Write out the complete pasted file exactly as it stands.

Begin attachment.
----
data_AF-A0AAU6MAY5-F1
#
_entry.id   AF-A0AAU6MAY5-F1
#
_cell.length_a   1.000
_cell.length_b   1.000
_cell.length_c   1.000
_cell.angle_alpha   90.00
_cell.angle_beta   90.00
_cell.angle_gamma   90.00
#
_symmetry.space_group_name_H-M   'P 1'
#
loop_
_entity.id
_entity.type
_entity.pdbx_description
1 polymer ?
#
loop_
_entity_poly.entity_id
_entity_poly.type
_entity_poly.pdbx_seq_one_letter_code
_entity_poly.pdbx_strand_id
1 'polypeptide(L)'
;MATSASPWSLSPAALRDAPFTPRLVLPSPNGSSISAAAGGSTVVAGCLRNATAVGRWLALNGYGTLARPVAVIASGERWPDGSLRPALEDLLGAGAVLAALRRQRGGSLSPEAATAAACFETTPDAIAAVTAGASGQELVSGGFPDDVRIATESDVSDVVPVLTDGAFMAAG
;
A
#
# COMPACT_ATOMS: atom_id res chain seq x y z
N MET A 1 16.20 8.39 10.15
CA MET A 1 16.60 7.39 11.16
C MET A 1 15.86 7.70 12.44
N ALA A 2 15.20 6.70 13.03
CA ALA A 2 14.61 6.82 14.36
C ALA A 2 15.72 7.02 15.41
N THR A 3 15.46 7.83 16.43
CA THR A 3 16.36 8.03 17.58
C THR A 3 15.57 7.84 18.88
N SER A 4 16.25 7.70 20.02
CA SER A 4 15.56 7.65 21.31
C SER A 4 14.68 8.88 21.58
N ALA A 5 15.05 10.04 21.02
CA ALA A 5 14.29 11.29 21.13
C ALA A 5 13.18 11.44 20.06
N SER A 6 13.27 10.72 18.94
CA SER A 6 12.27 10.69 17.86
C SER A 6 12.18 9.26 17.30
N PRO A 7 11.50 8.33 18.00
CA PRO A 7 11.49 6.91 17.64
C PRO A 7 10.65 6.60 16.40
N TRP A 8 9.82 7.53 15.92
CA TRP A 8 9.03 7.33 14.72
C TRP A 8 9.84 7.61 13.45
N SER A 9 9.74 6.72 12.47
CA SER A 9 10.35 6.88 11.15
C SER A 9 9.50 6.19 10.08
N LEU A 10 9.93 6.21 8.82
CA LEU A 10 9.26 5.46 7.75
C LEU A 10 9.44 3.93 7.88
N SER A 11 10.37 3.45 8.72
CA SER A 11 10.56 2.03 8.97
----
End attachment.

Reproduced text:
data_AF-A0AAU6MAY5-F1
#
_entry.id   AF-A0AAU6MAY5-F1
#
_cell.length_a   1.000
_cell.length_b   1.000
_cell.length_c   1.000
_cell.angle_alpha   90.00
_cell.angle_beta   90.00
_cell.angle_gamma   90.00
#
_symmetry.space_group_name_H-M   'P 1'
#
loop_
_entity.id
_entity.type
_entity.pdbx_description
1 polymer ?
#
loop_
_entity_poly.entity_id
_entity_poly.type
_entity_poly.pdbx_seq_one_letter_code
_entity_poly.pdbx_strand_id
1 'polypeptide(L)'
;MATSASPWSLSPAALRDAPFTPRLVLPSPNGSSISAAAGGSTVVAGCLRNATAVGRWLALNGYGTLARPVAVIASGERWPDGSLRPALEDLLGAGAVLAALRRQRGGSLSPEAATAAACFETTPDAIAAVTAGASGQELVSGGFPDDVRIATESDVSDVVPVLTDGAFMAAG
;
A
#
# COMPACT_ATOMS: atom_id res chain seq x y z
N MET A 1 16.20 8.39 10.15
CA MET A 1 16.60 7.39 11.16
C MET A 1 15.86 7.70 12.44
N ALA A 2 15.20 6.70 13.03
CA ALA A 2 14.61 6.82 14.36
C ALA A 2 15.72 7.02 15.41
N THR A 3 15.46 7.83 16.43
CA THR A 3 16.36 8.03 17.58
C THR A 3 15.57 7.84 18.88
N SER A 4 16.25 7.70 20.02
CA SER A 4 15.56 7.65 21.31
C SER A 4 14.68 8.88 21.58
N ALA A 5 15.05 10.04 21.02
CA ALA A 5 14.29 11.29 21.13
C ALA A 5 13.18 11.44 20.06
N SER A 6 13.27 10.72 18.94
CA SER A 6 12.27 10.69 17.86
C SER A 6 12.18 9.26 17.30
N PRO A 7 11.50 8.33 18.00
CA PRO A 7 11.49 6.91 17.64
C PRO A 7 10.65 6.60 16.40
N TRP A 8 9.82 7.53 15.92
CA TRP A 8 9.03 7.33 14.72
C TRP A 8 9.84 7.61 13.45
N SER A 9 9.74 6.72 12.47
CA SER A 9 10.35 6.88 11.15
C SER A 9 9.50 6.19 10.08
N LEU A 10 9.93 6.21 8.82
CA LEU A 10 9.26 5.46 7.75
C LEU A 10 9.44 3.93 7.88
N SER A 11 10.37 3.45 8.72
CA SER A 11 10.56 2.03 8.97